Anna Aizer Professor of Economics

Anna Aizer received her degree in Economics from UCLA in 2003 and came to Brown in 2004 after a postdoctoral fellowship at Princeton University's Center for Research on Child Wellbeing. She is a labor and health economist with interests in the area of child health and well-being. Her current work considers the economic determinants and consequences of domestic violence.

Brown Affiliations

Research Areas

scholarly work

Aizer, Anna and Sara McLanahan "The Impact of Child Support on Fertility, Parental Investments and Child Well-being" Journal of Human Resources vol 41, no 1, Winter 2006.

Aizer, Anna, Lleras-Muney, Adriana and Mark Stabile "Access to Care, Provider Choice and the Infant Health Gradient" American Economic Review Papers and Proceedings, May 2005.

Aizer, Anna and Janet Currie "Networks or Neighborhoods? Interpreting Correlations in the Use of Publicly-Funded Maternity Care in California," Journal of Public Economics 88 (2004) 2573-2585.

Aizer, Anna "Home Alone: Supervision After School and Child Behavior" Journal of Public Economics 88 (2004).

Aizer, Anna "Low Take-up in Medicaid: Does Outreach Matter and For Whom?" American Economic Review Papers and Proceedings, May 2003.

Gold, Marsha, Mittler, Jessica, Aizer, Anna and Barbara Lyons "Health Insurance Expansions through States in a Pluralistic System." Journal of Health Politics, Policy and Law, 26(3), June 2001.

Gold, Marsha and Anna Aizer "Growing an Industry: How Managed is TennCare's Managed Care?" Health Affairs, 19(1), Jan-Feb 2000.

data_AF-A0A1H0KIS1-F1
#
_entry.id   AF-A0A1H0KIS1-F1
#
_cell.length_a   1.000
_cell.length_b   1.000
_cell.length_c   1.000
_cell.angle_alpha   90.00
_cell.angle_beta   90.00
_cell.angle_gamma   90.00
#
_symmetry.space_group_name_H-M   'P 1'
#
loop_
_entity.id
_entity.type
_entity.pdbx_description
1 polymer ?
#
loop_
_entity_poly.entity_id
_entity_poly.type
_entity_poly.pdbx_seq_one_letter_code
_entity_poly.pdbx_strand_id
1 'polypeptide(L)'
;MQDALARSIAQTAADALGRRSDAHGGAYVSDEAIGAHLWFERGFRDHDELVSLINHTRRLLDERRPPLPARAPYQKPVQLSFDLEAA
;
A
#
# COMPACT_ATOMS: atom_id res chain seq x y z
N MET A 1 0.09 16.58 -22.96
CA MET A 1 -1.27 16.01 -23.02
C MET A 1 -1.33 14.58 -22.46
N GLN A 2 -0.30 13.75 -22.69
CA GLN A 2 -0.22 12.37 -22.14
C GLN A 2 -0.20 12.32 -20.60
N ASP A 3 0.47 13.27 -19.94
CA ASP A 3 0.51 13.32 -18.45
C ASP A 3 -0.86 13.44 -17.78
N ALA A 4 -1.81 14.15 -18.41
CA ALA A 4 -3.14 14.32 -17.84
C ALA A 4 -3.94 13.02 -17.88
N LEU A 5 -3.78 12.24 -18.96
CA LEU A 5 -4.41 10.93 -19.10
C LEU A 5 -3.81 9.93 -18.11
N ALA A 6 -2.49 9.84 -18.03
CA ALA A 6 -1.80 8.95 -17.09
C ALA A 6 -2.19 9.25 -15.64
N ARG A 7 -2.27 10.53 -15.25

Ozminkowski, Ronald, Aizer, Anna and Gerri Smith "The Value and Use of the Qualified Medicare Beneficiary Program: Early Evidence from Tennessee." Journal of Health and Social Work, 22(1), Feb 1997.

Aizer, Anna, Currie, Janet and Enrico Moretti "Does Managed Care Hurt Health? Evidence from Medicaid Mothers" forthcoming, Review of Economics and Statistics.

Aizer, Anna "Public Health Insurance, Program Take-up and Child Health" forthcoming, Review of Economics and Statistics.

research overview

Anna Aizer, assistant professor of economics and public policy, received her Ph.D. in economics from the University of California, Los Angeles in 2002. She works in the areas of labor and health economics. She has examined the impact of public programs on child health and well-being and the economic determinants and consequences of domestic violence. The focus of her current work is the intergenererational transmission of health and income.

research statement

Anna Aizer, assistant professor of economics and public policy, received her Ph.D. in economics from the University of California, Los Angeles in 2002. She works in the areas of labor and health economics. She has examined the impact of public programs on child health and well-being and the economic determinants and consequences of domestic violence. The focus of her current work is the intergenererational transmission of health and income.

funded research

ACTIVE

(Hogan, Dennis, Ph. D.) 2/10/2006- 2/9/2007